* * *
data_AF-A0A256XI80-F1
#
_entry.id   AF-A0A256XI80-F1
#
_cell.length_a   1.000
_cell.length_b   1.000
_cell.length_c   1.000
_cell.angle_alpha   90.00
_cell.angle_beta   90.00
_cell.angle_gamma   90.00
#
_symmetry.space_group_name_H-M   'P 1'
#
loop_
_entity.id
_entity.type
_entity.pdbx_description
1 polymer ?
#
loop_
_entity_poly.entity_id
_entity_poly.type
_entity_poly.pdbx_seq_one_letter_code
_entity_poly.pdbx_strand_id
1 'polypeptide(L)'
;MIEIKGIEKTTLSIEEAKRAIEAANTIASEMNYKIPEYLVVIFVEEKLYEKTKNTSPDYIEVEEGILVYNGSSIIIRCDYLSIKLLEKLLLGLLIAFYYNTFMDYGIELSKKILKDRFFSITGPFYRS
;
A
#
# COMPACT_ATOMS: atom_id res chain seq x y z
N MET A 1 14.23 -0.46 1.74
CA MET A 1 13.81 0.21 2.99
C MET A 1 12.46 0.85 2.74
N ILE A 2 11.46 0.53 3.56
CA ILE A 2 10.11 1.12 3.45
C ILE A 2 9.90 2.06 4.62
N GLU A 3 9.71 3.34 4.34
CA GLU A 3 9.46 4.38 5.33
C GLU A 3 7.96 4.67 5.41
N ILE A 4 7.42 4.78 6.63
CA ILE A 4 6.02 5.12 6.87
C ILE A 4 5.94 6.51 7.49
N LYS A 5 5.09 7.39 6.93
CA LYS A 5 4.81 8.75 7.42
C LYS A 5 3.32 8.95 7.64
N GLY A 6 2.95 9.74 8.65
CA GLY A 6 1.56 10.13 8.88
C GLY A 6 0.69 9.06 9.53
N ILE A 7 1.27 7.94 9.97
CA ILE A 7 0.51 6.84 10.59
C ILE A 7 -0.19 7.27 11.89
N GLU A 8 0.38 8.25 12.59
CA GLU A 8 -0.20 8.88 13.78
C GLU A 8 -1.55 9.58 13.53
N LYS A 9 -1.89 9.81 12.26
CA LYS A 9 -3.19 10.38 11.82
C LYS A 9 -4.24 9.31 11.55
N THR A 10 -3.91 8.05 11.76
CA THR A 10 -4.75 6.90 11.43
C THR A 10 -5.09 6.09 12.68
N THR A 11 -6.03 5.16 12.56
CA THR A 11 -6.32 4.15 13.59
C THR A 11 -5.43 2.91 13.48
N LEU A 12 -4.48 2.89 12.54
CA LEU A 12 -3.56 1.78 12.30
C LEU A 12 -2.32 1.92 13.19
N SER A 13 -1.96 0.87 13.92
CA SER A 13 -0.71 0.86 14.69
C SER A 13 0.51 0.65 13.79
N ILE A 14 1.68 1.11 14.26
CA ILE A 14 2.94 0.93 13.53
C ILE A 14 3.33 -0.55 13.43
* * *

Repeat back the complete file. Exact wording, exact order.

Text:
data_AF-A0A256XI80-F1
#
_entry.id   AF-A0A256XI80-F1
#
_cell.length_a   1.000
_cell.length_b   1.000
_cell.length_c   1.000
_cell.angle_alpha   90.00
_cell.angle_beta   90.00
_cell.angle_gamma   90.00
#
_symmetry.space_group_name_H-M   'P 1'
#
loop_
_entity.id
_entity.type
_entity.pdbx_description
1 polymer ?
#
loop_
_entity_poly.entity_id
_entity_poly.type
_entity_poly.pdbx_seq_one_letter_code
_entity_poly.pdbx_strand_id
1 'polypeptide(L)'
;MIEIKGIEKTTLSIEEAKRAIEAANTIASEMNYKIPEYLVVIFVEEKLYEKTKNTSPDYIEVEEGILVYNGSSIIIRCDYLSIKLLEKLLLGLLIAFYYNTFMDYGIELSKKILKDRFFSITGPFYRS
;
A
#
# COMPACT_ATOMS: atom_id res chain seq x y z
N MET A 1 14.23 -0.46 1.74
CA MET A 1 13.81 0.21 2.99
C MET A 1 12.46 0.85 2.74
N ILE A 2 11.46 0.53 3.56
CA ILE A 2 10.11 1.12 3.45
C ILE A 2 9.90 2.06 4.62
N GLU A 3 9.71 3.34 4.34
CA GLU A 3 9.46 4.38 5.33
C GLU A 3 7.96 4.67 5.41
N ILE A 4 7.42 4.78 6.63
CA ILE A 4 6.02 5.12 6.87
C ILE A 4 5.94 6.51 7.49
N LYS A 5 5.09 7.39 6.93
CA LYS A 5 4.81 8.75 7.42
C LYS A 5 3.32 8.95 7.64
N GLY A 6 2.95 9.74 8.65
CA GLY A 6 1.56 10.13 8.88
C GLY A 6 0.69 9.06 9.53
N ILE A 7 1.27 7.94 9.97
CA ILE A 7 0.51 6.84 10.59
C ILE A 7 -0.19 7.27 11.89
N GLU A 8 0.38 8.25 12.59
CA GLU A 8 -0.20 8.88 13.78
C GLU A 8 -1.55 9.58 13.53
N LYS A 9 -1.89 9.81 12.26
CA LYS A 9 -3.19 10.38 11.82
C LYS A 9 -4.24 9.31 11.55
N THR A 10 -3.91 8.05 11.76
CA THR A 10 -4.75 6.90 11.43
C THR A 10 -5.09 6.09 12.68
N THR A 11 -6.03 5.16 12.56
CA THR A 11 -6.32 4.15 13.59
C THR A 11 -5.43 2.91 13.48
N LEU A 12 -4.48 2.89 12.54
CA LEU A 12 -3.56 1.78 12.30
C LEU A 12 -2.32 1.92 13.19
N SER A 13 -1.96 0.87 13.92
CA SER A 13 -0.71 0.86 14.69
C SER A 13 0.51 0.65 13.79
N ILE A 14 1.68 1.11 14.26
CA ILE A 14 2.94 0.93 13.53
C ILE A 14 3.33 -0.55 13.43